Updated: Oct 7, 2020
"Change Management" often comes up in conflicting contexts. Because there are multiple meanings to the phrase, it is easy to get lost.
If this is you, know that you are not alone and it is not your fault.
This four-part post will help disambiguate the phrase “Change Management”.
Four common types of Change Management are:
Organizational Change Management
Project Change Management
Program Change Management
Organizational Change Management:
Organizational Change Management (OCM) is widely known as the people side of change. OCM strives to communicate changes happening to a specific group of stakeholders, and mitigate resistance to a change early.
A Brief Case Study in OCM:
In an effort to organize work, a plumbing company decides to modernize and do away with paper work orders. Paper gets lost, and poor penmanship from handwritten communication causes confusion and lost time. Because these problems cost the company money and opportunities with new clients, management makes a decision: work will be managed digitally. Plumbers will be armed with smartphones and tablets to not only receive work orders but communicate with dispatchers and supervision.
What could possibly go wrong?
Without OCM, the change effort already has a 70% chance of failure.
In addition to ensuring employees know new procedures, it is important to know if there are objections and assumptions from the plumbers and other stakeholders. Plumbers who are used to paper work-orders are happy to stick to their as-is state and day-to-day behaviors. This group of stakeholders will wonder:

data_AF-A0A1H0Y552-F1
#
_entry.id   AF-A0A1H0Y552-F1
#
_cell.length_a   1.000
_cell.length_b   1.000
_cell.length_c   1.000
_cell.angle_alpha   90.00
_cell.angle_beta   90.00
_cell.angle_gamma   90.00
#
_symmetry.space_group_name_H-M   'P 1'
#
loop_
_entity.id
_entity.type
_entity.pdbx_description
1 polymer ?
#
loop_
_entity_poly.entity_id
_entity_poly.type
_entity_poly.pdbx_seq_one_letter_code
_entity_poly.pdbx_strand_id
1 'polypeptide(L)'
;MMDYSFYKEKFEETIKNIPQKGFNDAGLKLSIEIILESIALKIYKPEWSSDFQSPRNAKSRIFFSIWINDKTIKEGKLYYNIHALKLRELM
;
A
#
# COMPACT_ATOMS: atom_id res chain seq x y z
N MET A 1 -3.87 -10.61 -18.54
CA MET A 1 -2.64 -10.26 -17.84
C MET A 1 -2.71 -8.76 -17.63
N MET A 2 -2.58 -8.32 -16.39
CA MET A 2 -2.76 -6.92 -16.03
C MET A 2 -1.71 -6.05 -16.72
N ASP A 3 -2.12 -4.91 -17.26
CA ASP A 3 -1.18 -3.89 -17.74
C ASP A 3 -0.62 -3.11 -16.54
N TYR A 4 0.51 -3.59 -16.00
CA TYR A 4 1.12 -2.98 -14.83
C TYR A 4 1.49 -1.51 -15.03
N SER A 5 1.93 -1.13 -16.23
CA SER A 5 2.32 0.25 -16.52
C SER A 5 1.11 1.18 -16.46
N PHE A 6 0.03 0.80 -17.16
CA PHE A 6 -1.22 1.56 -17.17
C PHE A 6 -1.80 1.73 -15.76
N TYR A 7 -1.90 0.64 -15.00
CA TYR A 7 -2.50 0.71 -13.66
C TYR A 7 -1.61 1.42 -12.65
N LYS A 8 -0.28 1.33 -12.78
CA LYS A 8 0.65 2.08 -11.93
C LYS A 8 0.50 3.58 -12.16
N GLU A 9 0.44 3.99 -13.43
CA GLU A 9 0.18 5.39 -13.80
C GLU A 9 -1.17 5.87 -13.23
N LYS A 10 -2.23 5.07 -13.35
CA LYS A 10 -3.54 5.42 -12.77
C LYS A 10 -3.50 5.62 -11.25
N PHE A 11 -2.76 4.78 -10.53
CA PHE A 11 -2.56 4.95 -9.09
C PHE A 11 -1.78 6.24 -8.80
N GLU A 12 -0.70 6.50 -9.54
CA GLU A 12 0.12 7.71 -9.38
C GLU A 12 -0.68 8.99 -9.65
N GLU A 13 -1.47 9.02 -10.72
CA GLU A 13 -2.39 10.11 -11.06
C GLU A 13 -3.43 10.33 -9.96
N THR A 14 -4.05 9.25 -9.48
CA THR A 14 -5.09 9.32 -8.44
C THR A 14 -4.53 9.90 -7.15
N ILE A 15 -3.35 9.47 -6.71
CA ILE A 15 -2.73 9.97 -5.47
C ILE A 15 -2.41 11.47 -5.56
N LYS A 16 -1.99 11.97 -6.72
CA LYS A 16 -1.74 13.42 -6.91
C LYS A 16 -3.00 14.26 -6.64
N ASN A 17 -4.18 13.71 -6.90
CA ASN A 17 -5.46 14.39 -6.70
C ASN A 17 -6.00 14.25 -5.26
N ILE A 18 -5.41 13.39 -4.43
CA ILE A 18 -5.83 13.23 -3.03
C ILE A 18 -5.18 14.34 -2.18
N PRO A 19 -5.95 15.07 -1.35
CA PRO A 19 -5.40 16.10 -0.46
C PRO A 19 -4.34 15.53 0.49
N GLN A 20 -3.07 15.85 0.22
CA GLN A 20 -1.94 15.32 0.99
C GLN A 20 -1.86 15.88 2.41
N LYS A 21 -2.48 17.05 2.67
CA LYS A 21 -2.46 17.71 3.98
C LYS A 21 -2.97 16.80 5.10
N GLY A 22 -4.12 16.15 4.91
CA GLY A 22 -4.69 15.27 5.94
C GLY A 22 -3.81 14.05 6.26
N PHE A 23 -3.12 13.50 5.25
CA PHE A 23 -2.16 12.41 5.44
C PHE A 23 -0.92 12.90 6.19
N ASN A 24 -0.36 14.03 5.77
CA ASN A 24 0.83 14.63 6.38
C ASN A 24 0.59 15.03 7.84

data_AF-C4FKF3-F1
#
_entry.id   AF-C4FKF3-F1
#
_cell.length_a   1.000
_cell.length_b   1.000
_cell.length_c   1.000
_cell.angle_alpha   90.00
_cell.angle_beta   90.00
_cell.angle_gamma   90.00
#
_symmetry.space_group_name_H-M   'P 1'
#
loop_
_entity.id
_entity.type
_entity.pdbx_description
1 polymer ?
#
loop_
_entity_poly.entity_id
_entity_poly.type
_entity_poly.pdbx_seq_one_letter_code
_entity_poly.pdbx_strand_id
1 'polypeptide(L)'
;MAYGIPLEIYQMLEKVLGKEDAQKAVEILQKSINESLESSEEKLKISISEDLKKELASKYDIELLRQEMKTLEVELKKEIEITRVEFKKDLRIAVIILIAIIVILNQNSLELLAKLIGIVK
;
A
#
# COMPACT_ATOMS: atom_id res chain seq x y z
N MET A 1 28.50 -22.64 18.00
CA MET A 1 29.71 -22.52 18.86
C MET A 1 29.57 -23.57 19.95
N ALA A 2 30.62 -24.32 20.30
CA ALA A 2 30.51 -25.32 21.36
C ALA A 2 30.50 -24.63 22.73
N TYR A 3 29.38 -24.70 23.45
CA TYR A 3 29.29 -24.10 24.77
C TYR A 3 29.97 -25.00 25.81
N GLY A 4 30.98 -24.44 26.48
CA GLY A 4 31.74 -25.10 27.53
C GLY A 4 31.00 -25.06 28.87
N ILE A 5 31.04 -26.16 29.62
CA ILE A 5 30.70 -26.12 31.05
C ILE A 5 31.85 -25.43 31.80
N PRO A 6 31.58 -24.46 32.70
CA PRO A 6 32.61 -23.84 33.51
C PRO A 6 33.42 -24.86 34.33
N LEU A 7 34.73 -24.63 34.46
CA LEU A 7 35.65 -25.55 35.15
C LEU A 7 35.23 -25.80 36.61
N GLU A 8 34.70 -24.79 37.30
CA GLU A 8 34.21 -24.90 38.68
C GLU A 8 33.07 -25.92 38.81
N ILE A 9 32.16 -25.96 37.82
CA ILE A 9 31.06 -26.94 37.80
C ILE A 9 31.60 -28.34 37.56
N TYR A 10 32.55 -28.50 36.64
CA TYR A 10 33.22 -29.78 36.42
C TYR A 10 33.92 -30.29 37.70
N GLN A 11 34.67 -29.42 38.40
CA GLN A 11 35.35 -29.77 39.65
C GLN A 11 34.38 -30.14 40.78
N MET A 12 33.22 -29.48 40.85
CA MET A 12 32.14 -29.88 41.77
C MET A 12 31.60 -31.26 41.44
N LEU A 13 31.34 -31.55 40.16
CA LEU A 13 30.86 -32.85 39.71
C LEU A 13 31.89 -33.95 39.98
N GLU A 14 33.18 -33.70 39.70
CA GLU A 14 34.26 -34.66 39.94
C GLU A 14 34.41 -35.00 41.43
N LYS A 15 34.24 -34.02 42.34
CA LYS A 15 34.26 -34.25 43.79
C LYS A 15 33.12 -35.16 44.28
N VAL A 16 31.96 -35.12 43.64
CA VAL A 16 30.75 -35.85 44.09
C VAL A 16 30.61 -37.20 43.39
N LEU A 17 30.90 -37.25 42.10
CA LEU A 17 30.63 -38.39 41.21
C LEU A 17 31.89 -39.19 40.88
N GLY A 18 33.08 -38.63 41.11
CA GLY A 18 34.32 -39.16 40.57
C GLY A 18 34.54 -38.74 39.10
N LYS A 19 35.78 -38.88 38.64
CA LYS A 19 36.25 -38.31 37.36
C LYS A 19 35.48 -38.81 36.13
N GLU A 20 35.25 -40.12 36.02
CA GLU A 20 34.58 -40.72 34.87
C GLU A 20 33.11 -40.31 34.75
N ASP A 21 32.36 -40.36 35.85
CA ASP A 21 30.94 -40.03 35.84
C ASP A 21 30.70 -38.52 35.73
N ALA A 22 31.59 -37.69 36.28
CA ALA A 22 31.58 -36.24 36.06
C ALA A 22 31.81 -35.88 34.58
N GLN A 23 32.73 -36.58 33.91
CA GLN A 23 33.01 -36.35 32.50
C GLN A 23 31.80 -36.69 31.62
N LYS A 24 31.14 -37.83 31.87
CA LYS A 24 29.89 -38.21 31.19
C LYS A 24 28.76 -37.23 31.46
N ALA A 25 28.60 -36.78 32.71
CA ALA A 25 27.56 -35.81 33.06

What’s in it for me? (WIIFM)
Will I be dismissed if I cannot get my head around new procedures?
Is management trying to replace me with technology?
I work hard already; does this enable management to make me do more and pay me the same?
Will the new tablets and smartphones have location services enabled that monitor how long I am in a specific location?
A reason this change effort is likely to fail without using OCM: unaddressed change anxiety incites resistance. For plumbers who are used to paper work-orders, a tablet is perceived as a threat to autonomy. Plumbers will talk to peers, who turn their thoughts to a darker, likely fictitious version of management's intent.
Does management know that some plumbers are thinking this way? Will plumbers organize a strike? Will they resist passively, like calling in sick on the days of training, or deliberately use social pressure to make this change not work? Businesses should take OCM seriously and hire a consultant to address respective issues properly. OCM addresses change-related issues before they happen by analysis, communication planning, and impact mitigation strategies.
For better or worse, professionals often refer to OCM as Change Management. If you wish to keep things clear, refer to Organizational Change Management as "OCM." You will have to be satisfied knowing that someone, not brave enough to ask for clarification, will thank you; if only to themselves.
Time to hire an OCM consultant for your change effort?
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